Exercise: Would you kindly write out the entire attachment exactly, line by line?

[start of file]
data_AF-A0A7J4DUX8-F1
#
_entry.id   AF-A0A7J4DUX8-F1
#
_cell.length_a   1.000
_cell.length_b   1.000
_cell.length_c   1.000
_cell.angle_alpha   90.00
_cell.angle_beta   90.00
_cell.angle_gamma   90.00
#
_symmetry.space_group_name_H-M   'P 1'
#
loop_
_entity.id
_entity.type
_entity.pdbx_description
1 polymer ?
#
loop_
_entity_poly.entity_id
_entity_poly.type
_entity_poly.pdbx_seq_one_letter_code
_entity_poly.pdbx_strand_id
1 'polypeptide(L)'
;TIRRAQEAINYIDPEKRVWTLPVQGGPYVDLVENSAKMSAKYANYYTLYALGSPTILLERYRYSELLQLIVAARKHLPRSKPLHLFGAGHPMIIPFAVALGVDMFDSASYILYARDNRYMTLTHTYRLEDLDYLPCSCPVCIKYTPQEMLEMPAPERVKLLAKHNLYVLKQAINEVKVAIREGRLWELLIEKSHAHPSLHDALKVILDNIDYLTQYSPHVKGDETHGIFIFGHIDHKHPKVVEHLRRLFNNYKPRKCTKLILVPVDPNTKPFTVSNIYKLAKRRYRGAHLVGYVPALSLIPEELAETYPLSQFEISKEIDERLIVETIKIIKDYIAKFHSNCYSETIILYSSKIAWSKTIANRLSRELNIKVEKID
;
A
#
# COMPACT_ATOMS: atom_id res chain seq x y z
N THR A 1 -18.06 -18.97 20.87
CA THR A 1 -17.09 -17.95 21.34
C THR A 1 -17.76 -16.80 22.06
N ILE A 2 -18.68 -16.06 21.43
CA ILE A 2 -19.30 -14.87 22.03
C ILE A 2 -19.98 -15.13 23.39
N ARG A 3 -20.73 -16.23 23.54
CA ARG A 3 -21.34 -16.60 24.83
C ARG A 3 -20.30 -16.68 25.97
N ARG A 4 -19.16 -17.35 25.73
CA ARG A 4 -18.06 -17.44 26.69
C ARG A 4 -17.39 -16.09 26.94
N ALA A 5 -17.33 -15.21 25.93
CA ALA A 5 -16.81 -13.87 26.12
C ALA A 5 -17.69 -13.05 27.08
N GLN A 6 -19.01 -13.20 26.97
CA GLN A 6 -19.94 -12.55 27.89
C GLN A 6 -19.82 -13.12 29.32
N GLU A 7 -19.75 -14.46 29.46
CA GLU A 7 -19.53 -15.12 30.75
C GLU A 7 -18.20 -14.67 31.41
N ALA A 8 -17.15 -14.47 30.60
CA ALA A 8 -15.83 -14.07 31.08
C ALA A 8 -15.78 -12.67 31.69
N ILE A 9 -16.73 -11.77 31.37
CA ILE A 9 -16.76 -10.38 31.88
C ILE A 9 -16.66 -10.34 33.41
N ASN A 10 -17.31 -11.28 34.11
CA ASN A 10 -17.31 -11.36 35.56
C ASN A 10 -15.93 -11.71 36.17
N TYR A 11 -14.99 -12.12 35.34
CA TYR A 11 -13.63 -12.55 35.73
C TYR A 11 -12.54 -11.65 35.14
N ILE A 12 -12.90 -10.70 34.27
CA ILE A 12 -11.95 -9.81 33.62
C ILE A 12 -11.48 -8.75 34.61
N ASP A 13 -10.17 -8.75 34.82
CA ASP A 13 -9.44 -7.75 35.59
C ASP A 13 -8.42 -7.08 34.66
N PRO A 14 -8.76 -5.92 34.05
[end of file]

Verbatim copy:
data_AF-A0A7J4DUX8-F1
#
_entry.id   AF-A0A7J4DUX8-F1
#
_cell.length_a   1.000
_cell.length_b   1.000
_cell.length_c   1.000
_cell.angle_alpha   90.00
_cell.angle_beta   90.00
_cell.angle_gamma   90.00
#
_symmetry.space_group_name_H-M   'P 1'
#
loop_
_entity.id
_entity.type
_entity.pdbx_description
1 polymer ?
#
loop_
_entity_poly.entity_id
_entity_poly.type
_entity_poly.pdbx_seq_one_letter_code
_entity_poly.pdbx_strand_id
1 'polypeptide(L)'
;TIRRAQEAINYIDPEKRVWTLPVQGGPYVDLVENSAKMSAKYANYYTLYALGSPTILLERYRYSELLQLIVAARKHLPRSKPLHLFGAGHPMIIPFAVALGVDMFDSASYILYARDNRYMTLTHTYRLEDLDYLPCSCPVCIKYTPQEMLEMPAPERVKLLAKHNLYVLKQAINEVKVAIREGRLWELLIEKSHAHPSLHDALKVILDNIDYLTQYSPHVKGDETHGIFIFGHIDHKHPKVVEHLRRLFNNYKPRKCTKLILVPVDPNTKPFTVSNIYKLAKRRYRGAHLVGYVPALSLIPEELAETYPLSQFEISKEIDERLIVETIKIIKDYIAKFHSNCYSETIILYSSKIAWSKTIANRLSRELNIKVEKID
;
A
#
# COMPACT_ATOMS: atom_id res chain seq x y z
N THR A 1 -18.06 -18.97 20.87
CA THR A 1 -17.09 -17.95 21.34
C THR A 1 -17.76 -16.80 22.06
N ILE A 2 -18.68 -16.06 21.43
CA ILE A 2 -19.30 -14.87 22.03
C ILE A 2 -19.98 -15.13 23.39
N ARG A 3 -20.73 -16.23 23.54
CA ARG A 3 -21.34 -16.60 24.83
C ARG A 3 -20.30 -16.68 25.97
N ARG A 4 -19.16 -17.35 25.73
CA ARG A 4 -18.06 -17.44 26.69
C ARG A 4 -17.39 -16.09 26.94
N ALA A 5 -17.33 -15.21 25.93
CA ALA A 5 -16.81 -13.87 26.12
C ALA A 5 -17.69 -13.05 27.08
N GLN A 6 -19.01 -13.20 26.97
CA GLN A 6 -19.94 -12.55 27.89
C GLN A 6 -19.82 -13.12 29.32
N GLU A 7 -19.75 -14.46 29.46
CA GLU A 7 -19.53 -15.12 30.75
C GLU A 7 -18.20 -14.67 31.41
N ALA A 8 -17.15 -14.47 30.60
CA ALA A 8 -15.83 -14.07 31.08
C ALA A 8 -15.78 -12.67 31.69
N ILE A 9 -16.73 -11.77 31.37
CA ILE A 9 -16.76 -10.38 31.88
C ILE A 9 -16.66 -10.34 33.41
N ASN A 10 -17.31 -11.28 34.11
CA ASN A 10 -17.31 -11.36 35.56
C ASN A 10 -15.93 -11.71 36.17
N TYR A 11 -14.99 -12.12 35.34
CA TYR A 11 -13.63 -12.55 35.73
C TYR A 11 -12.54 -11.65 35.14
N ILE A 12 -12.90 -10.70 34.27
CA ILE A 12 -11.95 -9.81 33.62
C ILE A 12 -11.48 -8.75 34.61
N ASP A 13 -10.17 -8.75 34.82
CA ASP A 13 -9.44 -7.75 35.59
C ASP A 13 -8.42 -7.08 34.66
N PRO A 14 -8.76 -5.92 34.05